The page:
The voltage 45 developed across hold capacitor 50 is coupled from the phase detector 16 through loop filter 18 into VCO 20 as the input tuning voltage 62. Referring to FIG. 5, it will be seen that under ideal conditions, the ideal input tuning voltage 62 will increase linearly as the frequency increases from the lower frequency limit f1 to the upper frequency limit f2. However, for most Varactor tuned oscillators, the relationship between output frequency 22 and input tuning voltage is non linear as shown by the equation:
f=the output frequency of the VCO
V=the input tuning voltage applied to the VCO
Accordingly, the actual input tuning voltage required to drive the VCO to a new preselected frequency is indicated as 62 in FIG. 5. Further, retuning the VCO to a new frequency causes the phase locked loop loop-gain to vary. For example, the VCO gain is the first derivative of equation (7). For the ideal case, the first derivative of the equation of line 60 of FIG. 5 would be a straight line as indicated as 64 in FIG. 6, indictating a constant VCO gain in radians per second per volt across the frequency spectrum from the lower frequency f1 to the upper frequency f2. Since, however, the actual tuning voltage vs frequency characteristic is the curve 62 of FIG. 5, the curve described by equation (7), again taking the first derivative of equation (7).
GVCO =df/dv=(1/4)KV-3/4 (8)
which indicates the non-linear VCO gain characteristic shown as line 66 of FIG. 6.
The present invention is directed to a method and apparatus for automatically compensating for the loop gain within the phase locked loop by providing an equal and opposite gain with respect to a change in frequency as is hereinafter described.
Referring to FIG. 7, a circuit similar to that shown as the prior art FIG. 3 includes a constant current source 40 having a current diverted to ground through reset transistor 42 when a reset pulse 43 (shown in FIG. 8A) is applied to the base of transistor 42. As above described, a sampling switch 46 is operated in response to the output of programmable divider 24 to permit a signal to be coupled through amplifier 48 into hold capacitor 50. However, the ramp capacitor 44 of the sample and hold circuit in FIG. 3 has been replaced with a voltage variable capacitor or Varactor 70. Since the Varactor 70 provides a decreasing capacitance with an increasing voltage, the sample-and-hold phase detector of FIG. 7 provides a non-linear ramp 72 (shown in FIG. 8B).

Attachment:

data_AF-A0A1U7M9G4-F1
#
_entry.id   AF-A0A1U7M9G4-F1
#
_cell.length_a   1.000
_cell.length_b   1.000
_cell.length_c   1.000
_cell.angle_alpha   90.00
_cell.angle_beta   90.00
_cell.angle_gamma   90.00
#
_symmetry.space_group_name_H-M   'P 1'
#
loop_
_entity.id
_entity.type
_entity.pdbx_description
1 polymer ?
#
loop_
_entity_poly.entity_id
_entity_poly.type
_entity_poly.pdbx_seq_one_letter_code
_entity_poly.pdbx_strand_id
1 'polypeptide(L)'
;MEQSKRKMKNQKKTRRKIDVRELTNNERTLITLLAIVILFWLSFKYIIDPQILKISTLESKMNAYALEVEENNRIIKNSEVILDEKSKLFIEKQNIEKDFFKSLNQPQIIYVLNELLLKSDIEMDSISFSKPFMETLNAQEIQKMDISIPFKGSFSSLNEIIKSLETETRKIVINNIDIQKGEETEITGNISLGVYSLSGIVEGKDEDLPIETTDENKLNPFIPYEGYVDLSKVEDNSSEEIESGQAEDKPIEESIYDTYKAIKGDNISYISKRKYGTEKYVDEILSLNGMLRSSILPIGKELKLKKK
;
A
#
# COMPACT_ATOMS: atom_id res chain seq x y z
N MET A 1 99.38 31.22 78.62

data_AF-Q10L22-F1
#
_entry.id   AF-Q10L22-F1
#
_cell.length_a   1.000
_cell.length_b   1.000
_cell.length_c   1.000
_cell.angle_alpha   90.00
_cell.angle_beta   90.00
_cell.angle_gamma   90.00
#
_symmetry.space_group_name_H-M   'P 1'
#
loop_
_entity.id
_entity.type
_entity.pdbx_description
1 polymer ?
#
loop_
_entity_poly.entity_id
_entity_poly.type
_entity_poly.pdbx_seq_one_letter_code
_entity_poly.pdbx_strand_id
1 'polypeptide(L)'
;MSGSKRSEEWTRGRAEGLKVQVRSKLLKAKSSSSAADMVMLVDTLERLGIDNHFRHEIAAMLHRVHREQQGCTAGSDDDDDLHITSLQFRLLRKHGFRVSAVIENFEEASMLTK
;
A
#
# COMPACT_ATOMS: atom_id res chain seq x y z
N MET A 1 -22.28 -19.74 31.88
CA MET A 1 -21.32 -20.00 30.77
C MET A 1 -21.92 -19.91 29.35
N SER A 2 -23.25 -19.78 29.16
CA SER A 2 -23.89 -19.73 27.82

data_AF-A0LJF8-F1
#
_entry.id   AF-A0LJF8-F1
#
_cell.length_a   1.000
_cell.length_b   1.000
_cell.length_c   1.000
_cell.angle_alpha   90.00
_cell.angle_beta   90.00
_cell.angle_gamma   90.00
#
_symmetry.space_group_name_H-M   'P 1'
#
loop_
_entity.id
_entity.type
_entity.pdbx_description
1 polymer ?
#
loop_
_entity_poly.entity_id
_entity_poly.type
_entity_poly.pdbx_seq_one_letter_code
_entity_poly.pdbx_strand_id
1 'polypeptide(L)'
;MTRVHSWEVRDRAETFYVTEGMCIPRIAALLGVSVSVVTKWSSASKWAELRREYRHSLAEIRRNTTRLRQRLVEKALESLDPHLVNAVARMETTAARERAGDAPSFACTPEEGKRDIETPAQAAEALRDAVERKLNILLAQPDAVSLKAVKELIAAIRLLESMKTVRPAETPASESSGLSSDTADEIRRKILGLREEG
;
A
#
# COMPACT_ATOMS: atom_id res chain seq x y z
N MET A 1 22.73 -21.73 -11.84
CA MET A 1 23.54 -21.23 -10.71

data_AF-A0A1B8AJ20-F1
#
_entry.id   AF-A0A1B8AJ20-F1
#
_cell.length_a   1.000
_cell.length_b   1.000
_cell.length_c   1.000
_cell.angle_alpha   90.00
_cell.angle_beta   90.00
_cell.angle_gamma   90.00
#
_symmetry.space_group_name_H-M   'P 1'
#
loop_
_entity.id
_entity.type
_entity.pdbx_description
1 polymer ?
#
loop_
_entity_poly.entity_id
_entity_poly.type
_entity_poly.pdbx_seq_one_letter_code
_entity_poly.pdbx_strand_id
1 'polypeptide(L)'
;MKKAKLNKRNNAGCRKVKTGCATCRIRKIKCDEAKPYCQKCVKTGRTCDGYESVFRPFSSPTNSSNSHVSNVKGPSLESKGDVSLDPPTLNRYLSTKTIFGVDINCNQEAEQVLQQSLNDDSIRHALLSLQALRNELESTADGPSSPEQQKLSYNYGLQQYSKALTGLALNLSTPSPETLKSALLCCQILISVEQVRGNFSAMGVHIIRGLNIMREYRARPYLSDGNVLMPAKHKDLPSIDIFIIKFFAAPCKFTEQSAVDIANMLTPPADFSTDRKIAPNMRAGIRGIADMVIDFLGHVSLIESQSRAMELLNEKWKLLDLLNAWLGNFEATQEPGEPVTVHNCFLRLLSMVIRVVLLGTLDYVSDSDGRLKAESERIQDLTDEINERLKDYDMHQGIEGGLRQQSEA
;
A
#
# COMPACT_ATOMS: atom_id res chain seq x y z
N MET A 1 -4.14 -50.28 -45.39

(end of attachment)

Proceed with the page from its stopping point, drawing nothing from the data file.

The gain variation of the non-linear ramp phase detector required to tune a VCO from f1 to f2 for the non linear Varactor 70 is a variable of time and therefore the term "C" must remain inside the integral of equation (6) such that ##EQU4## Recalling that for the Varactor,
where y is the Varactor exponent, and i is constant current then, ##EQU5##
Since phase detector gain "G" is defined as the derivative of V with respect to time, ##EQU6##
When phase lock occurs, the phase detector output voltage equals the VCO tuning voltage. The phase detector gain, G, may be expressed as a function of VCO frequency by substituting equation (4) into equation (11), so that: ##EQU7## Considering the phase detector gain at the lower and upper VCO frequencies f1 and f2 respectively, then:
G1 =K5 (f1 /K3)2y/x,
F2 =K5 (f2 /K3)2y/x
Thus, the gain ratio may be expressed as:
GR =G1 /G2 =(f1 /f2)2y/x (13)
To determine the total loop gain variation in tuning from the VCO lower frequency, f1 to the VCO upper frequency, f2, Recall that the Phase Locked Loop Loop gain is equal to So ×Go ×1/N×KDC, and, as above-decribed,